Granger, S. (1999). Uses of tenses by advanced EFL learners: evidence from an error-tagged computer corpus. Language and Computers, 26, 191-202. [link]
Granger (’99) says that too much focus on sentence-level grammar may neg. affect grammar skills. #researchbites
Many learner tense errors may be the result of focusing too much on clauses and sentences rather than at the discourse level. This is likely due to teacher’s focusing on grammar at the sentence level.
In this study, Granger looked at two 75,000 word corpora made up of French university EFL students’ writings. The corpora had already been error tagged previously using the manual Computer-aided Error Analysis system. She analyzed the corpora for verb tense errors, looking for patterns of misuse or nonuse.
Granger found that these learners had most problems with certain pairs of tenses, often confusing the first with the second:
- the present simple for the simple past <– this was the most prevalent kind of error
- the present continuous for the present simple
- the simple past for the present perfect
- the simple present for the present perfect
- the past perfect for the simple past
Granger claims that both sentence-level focus and L1-L2 interference are to blame for this. I will focus on the first claim: she noted that incorrect verb tenses were often correct when the sentence was taken out of context, but in context the tense was incorrect. In addition, over-reliance on time markers (e.g. for, since, ago) which automatically trigger a certain tense caused incorrect choices in the sentence’s context.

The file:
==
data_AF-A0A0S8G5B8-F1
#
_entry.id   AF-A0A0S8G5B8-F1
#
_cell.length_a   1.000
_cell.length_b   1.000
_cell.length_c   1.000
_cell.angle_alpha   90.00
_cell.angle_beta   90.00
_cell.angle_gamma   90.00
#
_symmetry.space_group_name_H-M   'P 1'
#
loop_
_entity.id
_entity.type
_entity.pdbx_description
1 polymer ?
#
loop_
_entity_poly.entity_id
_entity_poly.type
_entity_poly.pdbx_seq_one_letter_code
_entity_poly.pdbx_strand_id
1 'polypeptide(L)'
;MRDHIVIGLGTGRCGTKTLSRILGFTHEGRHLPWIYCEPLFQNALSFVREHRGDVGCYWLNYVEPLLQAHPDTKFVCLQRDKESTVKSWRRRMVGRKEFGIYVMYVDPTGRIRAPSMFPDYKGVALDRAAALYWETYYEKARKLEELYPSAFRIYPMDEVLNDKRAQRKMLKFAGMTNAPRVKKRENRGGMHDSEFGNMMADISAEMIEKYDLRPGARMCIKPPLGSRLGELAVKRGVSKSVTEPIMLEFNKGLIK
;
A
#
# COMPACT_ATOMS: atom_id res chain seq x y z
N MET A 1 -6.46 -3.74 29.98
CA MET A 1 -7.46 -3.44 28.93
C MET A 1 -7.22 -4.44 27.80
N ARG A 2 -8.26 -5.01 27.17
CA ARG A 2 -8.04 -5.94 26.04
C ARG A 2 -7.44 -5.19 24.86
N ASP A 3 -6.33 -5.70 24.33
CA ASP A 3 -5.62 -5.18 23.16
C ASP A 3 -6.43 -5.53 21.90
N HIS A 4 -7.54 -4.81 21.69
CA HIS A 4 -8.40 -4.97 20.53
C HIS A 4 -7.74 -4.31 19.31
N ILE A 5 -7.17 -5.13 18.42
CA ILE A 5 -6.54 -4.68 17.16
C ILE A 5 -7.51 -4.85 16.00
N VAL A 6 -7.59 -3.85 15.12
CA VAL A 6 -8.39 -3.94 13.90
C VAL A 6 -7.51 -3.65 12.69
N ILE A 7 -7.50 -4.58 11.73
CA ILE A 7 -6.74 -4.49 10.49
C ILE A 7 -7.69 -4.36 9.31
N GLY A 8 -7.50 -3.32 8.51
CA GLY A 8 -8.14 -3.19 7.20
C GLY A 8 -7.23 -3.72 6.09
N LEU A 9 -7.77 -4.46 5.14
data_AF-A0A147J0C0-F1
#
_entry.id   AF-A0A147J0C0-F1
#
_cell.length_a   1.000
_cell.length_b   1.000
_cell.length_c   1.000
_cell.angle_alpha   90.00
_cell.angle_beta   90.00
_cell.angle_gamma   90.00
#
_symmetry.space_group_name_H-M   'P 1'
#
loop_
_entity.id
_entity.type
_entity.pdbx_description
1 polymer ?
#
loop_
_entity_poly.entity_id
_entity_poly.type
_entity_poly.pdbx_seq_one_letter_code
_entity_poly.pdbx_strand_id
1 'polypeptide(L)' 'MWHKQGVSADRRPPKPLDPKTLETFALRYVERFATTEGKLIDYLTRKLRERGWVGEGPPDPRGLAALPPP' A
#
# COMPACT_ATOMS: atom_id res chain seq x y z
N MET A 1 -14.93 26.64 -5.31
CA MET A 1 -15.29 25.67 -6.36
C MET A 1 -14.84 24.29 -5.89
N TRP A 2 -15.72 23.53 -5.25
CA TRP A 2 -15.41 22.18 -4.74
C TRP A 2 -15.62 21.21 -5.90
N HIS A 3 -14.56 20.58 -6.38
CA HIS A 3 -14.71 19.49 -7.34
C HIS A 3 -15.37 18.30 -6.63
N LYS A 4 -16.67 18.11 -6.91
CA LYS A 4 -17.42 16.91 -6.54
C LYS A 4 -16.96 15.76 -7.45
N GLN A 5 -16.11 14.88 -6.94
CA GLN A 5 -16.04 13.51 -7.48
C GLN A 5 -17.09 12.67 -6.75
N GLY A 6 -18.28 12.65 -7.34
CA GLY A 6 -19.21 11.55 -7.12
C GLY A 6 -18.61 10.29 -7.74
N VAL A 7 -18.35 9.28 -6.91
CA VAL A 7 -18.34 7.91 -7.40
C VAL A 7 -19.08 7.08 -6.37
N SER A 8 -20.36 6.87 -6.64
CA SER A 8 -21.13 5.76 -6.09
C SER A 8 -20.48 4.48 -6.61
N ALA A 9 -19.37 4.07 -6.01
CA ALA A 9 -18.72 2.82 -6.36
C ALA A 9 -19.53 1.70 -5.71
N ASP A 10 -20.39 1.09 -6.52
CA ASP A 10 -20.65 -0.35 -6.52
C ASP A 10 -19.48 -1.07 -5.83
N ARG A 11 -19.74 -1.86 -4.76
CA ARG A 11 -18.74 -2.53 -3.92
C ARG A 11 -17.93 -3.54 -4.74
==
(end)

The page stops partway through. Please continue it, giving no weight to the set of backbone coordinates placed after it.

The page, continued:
She claims this is likely “teaching-induced” and points to grammar guides stating rules without attending to important principles such as “tense continuity” (i.e. cohesion; pp. 5-6).
Two practical applications stand-out: 1) don’t teach grammar at the sentence level and 2) don’t teach trigger words (e.g. for, yet, since, never) as hard and fast rules. She also states that, at the advanced level, tenses need to be taught contrastively.
Granger is a well known researcher in corpus linguistics and data-driven learning. What’s interesting here is she is suggesting that data-driven learning (in the form of KWIC concordances) may not be suitable for learning tenses because only a truncated context is shown. So, perhaps DDL is more useful for less cohesive or discourse-related linguistic items. Indeed, in my own research on adverbial connectors, DDL did not necessarily cause an increase in effective use of them.
Questions for Discussion
Regarding discourse-level grammar teaching, I have to admit I am guilty of focusing mostly on the sentence, and teaching trigger words too. So, what are some useful techniques, ideas, and activities for teaching grammar beyond the sentence level?